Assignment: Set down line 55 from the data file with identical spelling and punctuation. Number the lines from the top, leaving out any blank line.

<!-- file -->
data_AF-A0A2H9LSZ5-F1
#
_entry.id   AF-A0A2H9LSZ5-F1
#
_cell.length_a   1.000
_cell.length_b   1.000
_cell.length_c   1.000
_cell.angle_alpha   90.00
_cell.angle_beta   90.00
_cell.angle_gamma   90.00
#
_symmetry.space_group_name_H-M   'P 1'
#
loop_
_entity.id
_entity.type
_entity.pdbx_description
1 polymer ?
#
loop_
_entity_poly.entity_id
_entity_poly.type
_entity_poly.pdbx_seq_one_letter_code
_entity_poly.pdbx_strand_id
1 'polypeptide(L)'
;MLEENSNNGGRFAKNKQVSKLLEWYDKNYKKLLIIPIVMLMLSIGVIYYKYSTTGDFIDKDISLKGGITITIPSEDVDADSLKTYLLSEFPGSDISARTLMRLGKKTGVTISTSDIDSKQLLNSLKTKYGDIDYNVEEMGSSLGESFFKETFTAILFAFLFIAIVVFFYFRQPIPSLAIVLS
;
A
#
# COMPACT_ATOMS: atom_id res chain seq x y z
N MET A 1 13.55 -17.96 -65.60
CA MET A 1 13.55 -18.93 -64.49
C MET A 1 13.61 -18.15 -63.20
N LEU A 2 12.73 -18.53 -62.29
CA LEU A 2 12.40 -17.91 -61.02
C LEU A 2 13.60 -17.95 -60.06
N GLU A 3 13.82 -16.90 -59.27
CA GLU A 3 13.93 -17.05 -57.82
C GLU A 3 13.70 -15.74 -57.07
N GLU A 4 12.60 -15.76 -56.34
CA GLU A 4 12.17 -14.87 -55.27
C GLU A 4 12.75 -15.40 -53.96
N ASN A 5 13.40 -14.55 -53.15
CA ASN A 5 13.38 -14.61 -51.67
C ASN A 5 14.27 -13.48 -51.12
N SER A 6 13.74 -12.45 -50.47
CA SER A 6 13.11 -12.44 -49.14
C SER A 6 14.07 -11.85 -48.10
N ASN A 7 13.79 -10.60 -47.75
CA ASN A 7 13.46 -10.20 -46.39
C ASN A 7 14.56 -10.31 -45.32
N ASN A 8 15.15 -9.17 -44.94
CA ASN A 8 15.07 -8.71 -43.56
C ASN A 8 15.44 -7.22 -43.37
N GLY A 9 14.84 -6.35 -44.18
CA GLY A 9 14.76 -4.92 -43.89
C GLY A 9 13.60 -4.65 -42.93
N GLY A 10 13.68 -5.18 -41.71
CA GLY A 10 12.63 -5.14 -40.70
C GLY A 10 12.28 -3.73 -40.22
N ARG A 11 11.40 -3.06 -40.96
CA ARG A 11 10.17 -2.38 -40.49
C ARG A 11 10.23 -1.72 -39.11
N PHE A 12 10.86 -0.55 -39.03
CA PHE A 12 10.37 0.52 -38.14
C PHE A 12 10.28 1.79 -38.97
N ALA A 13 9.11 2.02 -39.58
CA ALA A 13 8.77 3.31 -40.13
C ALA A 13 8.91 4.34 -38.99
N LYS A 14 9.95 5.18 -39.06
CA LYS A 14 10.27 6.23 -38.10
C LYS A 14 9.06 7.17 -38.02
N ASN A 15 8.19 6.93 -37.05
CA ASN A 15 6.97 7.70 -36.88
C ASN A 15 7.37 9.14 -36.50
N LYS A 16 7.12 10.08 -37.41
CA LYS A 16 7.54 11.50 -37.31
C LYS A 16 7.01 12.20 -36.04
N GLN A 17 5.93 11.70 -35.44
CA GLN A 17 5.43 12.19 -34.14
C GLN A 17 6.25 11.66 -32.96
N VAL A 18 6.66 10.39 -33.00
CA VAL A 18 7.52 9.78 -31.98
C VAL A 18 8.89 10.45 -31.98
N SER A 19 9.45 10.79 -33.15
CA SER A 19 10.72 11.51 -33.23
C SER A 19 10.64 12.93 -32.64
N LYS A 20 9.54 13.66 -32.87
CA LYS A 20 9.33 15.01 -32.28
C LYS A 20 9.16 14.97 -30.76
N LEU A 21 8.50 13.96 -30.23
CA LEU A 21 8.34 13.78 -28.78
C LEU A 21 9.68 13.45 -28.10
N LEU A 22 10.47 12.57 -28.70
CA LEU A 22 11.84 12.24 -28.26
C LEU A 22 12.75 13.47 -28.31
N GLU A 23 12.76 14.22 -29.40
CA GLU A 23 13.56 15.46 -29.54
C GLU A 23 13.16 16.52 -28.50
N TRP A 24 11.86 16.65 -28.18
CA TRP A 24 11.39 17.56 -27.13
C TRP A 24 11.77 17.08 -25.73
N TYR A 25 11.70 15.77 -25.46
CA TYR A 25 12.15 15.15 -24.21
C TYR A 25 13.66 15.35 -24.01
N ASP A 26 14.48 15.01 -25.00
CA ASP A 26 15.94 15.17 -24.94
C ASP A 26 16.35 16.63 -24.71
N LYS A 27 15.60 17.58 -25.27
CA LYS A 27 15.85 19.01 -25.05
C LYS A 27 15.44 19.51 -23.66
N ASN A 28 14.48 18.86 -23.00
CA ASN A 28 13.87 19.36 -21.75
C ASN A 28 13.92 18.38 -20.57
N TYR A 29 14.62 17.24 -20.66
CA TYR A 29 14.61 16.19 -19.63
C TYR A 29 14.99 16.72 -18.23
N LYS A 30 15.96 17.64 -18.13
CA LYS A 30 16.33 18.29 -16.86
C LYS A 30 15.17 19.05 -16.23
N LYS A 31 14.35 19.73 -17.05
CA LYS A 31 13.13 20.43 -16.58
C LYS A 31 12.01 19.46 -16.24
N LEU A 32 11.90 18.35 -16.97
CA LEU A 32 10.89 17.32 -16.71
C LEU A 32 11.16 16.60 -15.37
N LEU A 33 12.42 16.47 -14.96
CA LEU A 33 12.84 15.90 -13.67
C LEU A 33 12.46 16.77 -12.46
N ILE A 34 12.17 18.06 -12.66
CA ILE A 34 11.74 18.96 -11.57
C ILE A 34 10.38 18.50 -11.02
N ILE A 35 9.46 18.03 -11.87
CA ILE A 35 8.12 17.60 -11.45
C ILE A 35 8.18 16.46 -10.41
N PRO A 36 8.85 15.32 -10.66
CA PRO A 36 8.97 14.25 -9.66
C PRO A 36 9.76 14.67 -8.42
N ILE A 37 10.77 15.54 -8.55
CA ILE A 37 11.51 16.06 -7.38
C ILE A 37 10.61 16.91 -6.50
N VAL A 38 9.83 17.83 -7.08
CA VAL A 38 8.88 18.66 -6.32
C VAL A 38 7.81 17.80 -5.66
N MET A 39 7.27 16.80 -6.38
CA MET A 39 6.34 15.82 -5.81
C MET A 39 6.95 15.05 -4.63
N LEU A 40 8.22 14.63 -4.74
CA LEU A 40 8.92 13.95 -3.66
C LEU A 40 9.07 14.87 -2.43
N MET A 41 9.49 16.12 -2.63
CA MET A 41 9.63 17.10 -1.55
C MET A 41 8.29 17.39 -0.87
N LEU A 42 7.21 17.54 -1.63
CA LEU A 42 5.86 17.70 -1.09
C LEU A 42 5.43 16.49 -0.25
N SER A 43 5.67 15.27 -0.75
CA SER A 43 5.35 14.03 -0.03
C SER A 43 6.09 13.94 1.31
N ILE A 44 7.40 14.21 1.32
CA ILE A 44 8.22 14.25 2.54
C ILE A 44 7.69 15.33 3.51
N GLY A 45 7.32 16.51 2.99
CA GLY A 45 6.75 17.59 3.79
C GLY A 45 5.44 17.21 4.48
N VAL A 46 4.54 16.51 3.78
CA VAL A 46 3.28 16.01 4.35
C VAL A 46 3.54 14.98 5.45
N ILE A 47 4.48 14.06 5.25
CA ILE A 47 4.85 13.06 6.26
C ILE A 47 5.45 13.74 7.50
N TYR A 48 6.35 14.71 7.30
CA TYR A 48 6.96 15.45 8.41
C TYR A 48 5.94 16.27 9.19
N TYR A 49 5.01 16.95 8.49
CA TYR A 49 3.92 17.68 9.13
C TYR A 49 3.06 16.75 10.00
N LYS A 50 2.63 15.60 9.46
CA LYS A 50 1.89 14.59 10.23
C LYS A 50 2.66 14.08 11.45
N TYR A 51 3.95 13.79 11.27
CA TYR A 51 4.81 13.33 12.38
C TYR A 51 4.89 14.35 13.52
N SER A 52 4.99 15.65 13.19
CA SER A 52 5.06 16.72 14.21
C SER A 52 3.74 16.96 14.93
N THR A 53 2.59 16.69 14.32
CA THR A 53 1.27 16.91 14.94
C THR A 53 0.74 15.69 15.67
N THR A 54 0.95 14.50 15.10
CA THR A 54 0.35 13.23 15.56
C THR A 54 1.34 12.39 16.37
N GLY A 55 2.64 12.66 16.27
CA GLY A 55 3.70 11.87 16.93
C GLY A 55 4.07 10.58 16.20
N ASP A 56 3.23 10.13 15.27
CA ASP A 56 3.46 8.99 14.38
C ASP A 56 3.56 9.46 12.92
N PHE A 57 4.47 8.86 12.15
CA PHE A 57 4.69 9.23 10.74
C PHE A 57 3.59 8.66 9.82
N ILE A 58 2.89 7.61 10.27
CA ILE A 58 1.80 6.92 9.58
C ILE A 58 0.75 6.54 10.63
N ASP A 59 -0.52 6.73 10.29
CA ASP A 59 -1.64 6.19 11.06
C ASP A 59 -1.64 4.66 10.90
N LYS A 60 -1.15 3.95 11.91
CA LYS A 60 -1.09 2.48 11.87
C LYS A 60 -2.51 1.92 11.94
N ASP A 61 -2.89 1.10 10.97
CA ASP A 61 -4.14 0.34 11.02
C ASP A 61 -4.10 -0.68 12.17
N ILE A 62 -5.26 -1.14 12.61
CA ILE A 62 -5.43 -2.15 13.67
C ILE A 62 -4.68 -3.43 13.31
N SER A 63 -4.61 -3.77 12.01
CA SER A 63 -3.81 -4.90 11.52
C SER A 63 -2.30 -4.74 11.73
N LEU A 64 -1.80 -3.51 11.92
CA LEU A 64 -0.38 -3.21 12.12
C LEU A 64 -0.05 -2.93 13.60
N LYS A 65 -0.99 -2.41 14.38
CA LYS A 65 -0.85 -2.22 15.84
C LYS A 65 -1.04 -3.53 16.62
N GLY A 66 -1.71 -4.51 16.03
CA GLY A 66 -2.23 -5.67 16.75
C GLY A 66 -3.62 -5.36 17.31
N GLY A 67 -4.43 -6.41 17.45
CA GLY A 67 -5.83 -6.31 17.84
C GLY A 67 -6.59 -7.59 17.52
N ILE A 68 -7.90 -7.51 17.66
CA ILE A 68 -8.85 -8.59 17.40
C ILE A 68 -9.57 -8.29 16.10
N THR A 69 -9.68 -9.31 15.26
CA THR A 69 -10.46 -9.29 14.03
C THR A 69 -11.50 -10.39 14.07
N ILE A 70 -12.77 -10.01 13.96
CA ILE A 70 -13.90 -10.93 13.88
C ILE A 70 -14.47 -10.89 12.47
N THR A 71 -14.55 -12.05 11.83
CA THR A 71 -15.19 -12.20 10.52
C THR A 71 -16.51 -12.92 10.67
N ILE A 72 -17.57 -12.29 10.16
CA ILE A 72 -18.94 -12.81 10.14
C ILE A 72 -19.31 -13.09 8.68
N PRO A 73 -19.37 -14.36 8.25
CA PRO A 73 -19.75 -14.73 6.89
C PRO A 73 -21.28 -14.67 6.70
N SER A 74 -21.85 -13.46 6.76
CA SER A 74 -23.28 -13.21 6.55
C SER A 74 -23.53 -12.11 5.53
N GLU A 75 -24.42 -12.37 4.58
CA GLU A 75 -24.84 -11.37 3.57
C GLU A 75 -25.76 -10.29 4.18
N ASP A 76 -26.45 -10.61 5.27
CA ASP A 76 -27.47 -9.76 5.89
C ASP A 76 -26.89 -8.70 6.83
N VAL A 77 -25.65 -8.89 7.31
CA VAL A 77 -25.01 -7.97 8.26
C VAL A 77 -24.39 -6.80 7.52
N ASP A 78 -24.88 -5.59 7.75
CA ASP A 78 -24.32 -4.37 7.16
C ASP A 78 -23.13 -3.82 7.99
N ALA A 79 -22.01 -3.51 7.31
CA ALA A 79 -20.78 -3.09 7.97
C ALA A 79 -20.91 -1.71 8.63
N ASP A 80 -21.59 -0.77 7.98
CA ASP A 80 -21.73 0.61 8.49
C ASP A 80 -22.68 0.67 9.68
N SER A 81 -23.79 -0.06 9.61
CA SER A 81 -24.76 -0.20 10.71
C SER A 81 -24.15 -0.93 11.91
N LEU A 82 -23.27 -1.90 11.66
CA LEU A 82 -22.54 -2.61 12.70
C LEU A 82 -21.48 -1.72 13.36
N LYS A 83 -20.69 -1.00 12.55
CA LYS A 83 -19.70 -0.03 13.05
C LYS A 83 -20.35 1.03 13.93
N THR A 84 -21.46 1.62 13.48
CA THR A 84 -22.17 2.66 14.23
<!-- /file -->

N GLY A 9 14.84 -6.35 -44.18